Older adults who suffer from impaired glucose tolerance but are not specifically classified as diabetic, they may still be at an increased risk of heart disease; warn researchers at Albert Einstein College of Medicine of Yeshiva University.
The researchers, however, add that such pre-diabetics may benefit from preventive therapies.
AdvertisementLead researcher Dr. Jill P. Crandall, associate professor of clinical medicine and director of the Diabetes Clinical Trials Unit at Einstein, points out that diabetes becomes increasingly common with age.
"In most cases, this mild form of high blood glucose causes no symptoms and is often overlooked by both doctors and patients, but studies have shown that it may be associated with increased risk of heart disease," says Dr. Crandall.
"The purpose of this study was to explore the cardiovascular risk profile of older adults with pre-diabetes," adds the researcher.
Describing the study in the online edition of the Journal of Clinical Endocrinology and Metabolism, Dr. Crandall revealed that the research team looked at 58 older adults with an average age of 71, half with normal glucose tolerance and half with post-challenge hyperglycemia (PCH)-which is characterized by a temporary spike in blood glucose levels that occurs immediately after a meal.
The researchers took various measures before and after the study participants consumed a standard high carbohydrate meal.
They observed that the adults with PCH not only had higher glucose and insulin levels after the meal, but also higher levels of triglycerides-a type of blood fat considered an independent risk factor for cardiovascular disease.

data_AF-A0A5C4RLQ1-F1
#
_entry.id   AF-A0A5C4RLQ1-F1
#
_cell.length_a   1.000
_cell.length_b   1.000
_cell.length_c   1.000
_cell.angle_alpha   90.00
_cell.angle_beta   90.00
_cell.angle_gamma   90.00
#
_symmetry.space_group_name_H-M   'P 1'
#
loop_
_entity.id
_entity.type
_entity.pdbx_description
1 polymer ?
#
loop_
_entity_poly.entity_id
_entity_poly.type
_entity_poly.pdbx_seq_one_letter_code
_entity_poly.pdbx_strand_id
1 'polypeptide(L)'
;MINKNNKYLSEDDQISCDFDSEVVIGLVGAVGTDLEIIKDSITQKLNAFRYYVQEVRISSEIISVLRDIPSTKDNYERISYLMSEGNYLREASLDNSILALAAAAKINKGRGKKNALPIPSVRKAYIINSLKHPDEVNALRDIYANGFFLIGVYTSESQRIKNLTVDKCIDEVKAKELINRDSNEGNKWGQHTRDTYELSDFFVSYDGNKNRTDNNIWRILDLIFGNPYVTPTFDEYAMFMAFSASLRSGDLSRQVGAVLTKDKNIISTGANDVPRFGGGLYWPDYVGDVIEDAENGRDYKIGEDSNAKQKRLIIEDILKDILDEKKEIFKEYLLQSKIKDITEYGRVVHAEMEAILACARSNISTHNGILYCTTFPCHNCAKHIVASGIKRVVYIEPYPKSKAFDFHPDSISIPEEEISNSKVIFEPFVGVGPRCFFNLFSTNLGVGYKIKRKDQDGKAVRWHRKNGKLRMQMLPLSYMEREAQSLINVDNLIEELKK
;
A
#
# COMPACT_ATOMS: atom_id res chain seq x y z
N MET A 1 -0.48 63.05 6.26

The group said that such people also had higher levels of a protein that promotes blood clotting, and more inflammation of blood vessels, compared to controls.
After carrying out a test of blood vessel function after the meal, the researchers found impairment only in the PCH group.
They highlight the fact that previous studies have shown that increases in each of such measures raise one's risk for heart disease.
According to them, routine glucose screening like the standard oral glucose tolerance test (OGTT)-which measures the body's ability to use glucose, the body's main source of energy-may be used to identify these high-risk individuals among the elderly.
Despite the results of the current study, the researchers concede that they have not established it as yet whether treatment aimed at reducing mild hyperglycemia will lower their risk for heart disease.
"Consequently, other interventions designed to reduce the risk of cardiovascular disease, including the use of statins and aspirin, should be strongly considered for older adults with PCH," says Dr. Crandall.
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